Christina Tobias-Nahi is the Director of Communications and Public Affairs for Islamic Relief USA.
Islamic Relief USA, as a member of the Islamic Relief federated family, adheres to the seven Fundamental Principles of the International Red Cross/Crescent Movement, which provides an ethical, operational, and institutional framework to humanitarian organizations working globally. The key principles of humanity, neutrality, and impartiality are core to helping people in need during armed conflict, natural disasters, and other emergencies without naming the actors who might be responsible for the suffering caused. Also, as dignity is part of our mission, working with any and all affected populations regardless of creed is paramount.
The major priorities for Islamic Relief as a global family are hunger and food insecurity, climate change, refugees, internally displaced persons, and most recently gender justice and women’s empowerment, including the rights bestowed on women in Islam that are not always culturally practiced, often keeping them marginalized. During the past couple of years, our health work has also been raised in profile with vulnerable populations that are disproportionately impacted by the impacts of COVID-19, which include disruptions to education and loss of livelihoods especially impacting women and mothers.
In all instances, the opportunity to rewrite a constitution is truly a huge responsibility. However, what is truly amazing in Chile’s moment now is that half of the delegates elected to this task are women. That means this is a truly historic and unprecedented period in which Chile’s constitution will be drafted half by men, half by women. That, and the fact that many marginalized communities will be included in the process: indigenous communities, communities of faith, and others who are not often heard and whose rights may have been trampled historically. For these reasons, Islamic Relief USA was really privileged to take part remotely in the recent hybrid conference on Human Dignity and Religious Liberty.
Guillermo Larrain, economist and author of The Stability of the Social Contract in Chile, tamped down expectations in an interview given to Al Jazeera in July of this year, stating that people should not expect miracles. A new constitution will change structures but not necessarily behavior. In the short term at least, he says, it is difficult to think that Chile will turn into a paradise of equality and inclusivity.
That sobering assessment reminds us that it often falls on faith communities to work on behavioral change. They are well trusted by the communities they serve. Additionally, they often fill the role of protection in areas where the nation state so often fails. In the United States, Islamic Relief USA recently helped commission a study on the contributions of the Muslim community to social justice causes, which showed that Muslims are disproportionately generous in their money (charitable giving) and time (volunteerism) relative to the size of their small numbers. We invite you to explore more fully the report illustrating the importance of the faith sector in civil society in the links provided below .
At Islamic Relief, we do not yet have as much presence as we would like in South America, and we have no projects at present in the Southern Cone countries. We have worked a great deal though with Catholic Relief Services (CRS)/Caritas Internationalis in responding to formidable disasters in the Caribbean and Latin America. A few examples are the earthquake in Ecuador and floods in Peru. In addition, we are working currently with many groups responding to the Venezuelan refugee crisis in a number of different countries and with different faith partners—mostly CRS and Hebrew Immigrant Aid Society (HIAS)—and also on some essential COVID response projects. The project with HIAS specifically is to support Venezuelan women who encountered violence on their journeys and now find themselves in Ecuador; it works to integrate them into their new communities, as having a social support network and a feeling of belonging is so important to mental health in overcoming trauma. HIAS has also worked with Islamic Relief in Greece in addressing the refugee crisis there. These close partnerships are contrary to the narrative that Muslims and Jews cannot work together on important issues. With other faith partners like Episcopal Relief & Development in Liberia, the whole premise of our work there on the ground is working with faith leaders and communities, including men and boys, on behavior change related to domestic violence and gender-based violence.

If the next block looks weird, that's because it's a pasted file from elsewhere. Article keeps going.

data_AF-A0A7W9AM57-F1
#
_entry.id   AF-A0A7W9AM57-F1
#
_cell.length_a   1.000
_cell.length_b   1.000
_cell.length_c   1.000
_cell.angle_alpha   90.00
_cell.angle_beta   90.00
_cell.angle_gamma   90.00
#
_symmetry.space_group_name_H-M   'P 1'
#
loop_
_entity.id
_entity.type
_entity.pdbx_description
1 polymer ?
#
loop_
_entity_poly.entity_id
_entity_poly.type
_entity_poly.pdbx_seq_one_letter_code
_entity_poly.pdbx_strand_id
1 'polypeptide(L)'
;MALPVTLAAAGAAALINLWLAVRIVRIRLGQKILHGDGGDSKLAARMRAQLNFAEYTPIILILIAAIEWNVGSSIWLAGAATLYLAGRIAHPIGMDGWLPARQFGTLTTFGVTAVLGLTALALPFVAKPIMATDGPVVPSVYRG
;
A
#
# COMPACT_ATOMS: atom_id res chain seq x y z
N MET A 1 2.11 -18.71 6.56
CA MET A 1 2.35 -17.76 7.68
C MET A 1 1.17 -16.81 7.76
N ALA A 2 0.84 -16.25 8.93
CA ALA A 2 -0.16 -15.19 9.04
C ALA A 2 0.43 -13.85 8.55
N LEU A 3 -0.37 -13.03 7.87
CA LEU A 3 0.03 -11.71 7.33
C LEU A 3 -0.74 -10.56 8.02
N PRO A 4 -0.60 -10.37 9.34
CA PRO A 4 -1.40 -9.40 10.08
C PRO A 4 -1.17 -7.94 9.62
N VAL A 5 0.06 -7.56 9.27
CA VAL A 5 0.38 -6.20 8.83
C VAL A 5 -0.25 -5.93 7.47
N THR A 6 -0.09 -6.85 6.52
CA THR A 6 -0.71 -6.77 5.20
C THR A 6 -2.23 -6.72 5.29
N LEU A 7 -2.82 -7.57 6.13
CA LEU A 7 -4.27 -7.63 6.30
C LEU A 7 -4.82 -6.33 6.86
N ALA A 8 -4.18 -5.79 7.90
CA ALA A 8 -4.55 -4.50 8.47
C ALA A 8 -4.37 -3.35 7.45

In conclusion, this important event in which we were honored to participate only reaffirmed the religious freedom tenets highlighted by the organizers and the importance of the space for individuals of faith, faith communities, and faith organizations to have the room to practice, worship, and operate—to provide services and spiritual care to those hurting in so many places across the globe and to help shape behavior change where harmful practices need to be eliminated. As Chile goes forth in their process of constitutional reform, it is a hope that the drafters are able to keep in the back of their minds the giant opportunity they are being handed and the great responsibility as well—and the knowledge that the whole world is watching.
 See Dan Parks, Muslim Americans Are More Generous than the Overall U.S. Population, Chron. of Philanthropy (1 Nov. 2021), https://www.philanthropy.com/article/muslim-americans-are-more-generous-than-the-overall-u-s-population; Ind. Univ.–Purdue Univ. Muslim Philanthropy Initiative, Muslim American Giving 2021 (2021), https://scholarworks.iupui.edu/bitstream/handle/1805/26703/Muslim-American-Giving-2021_Final.pdf.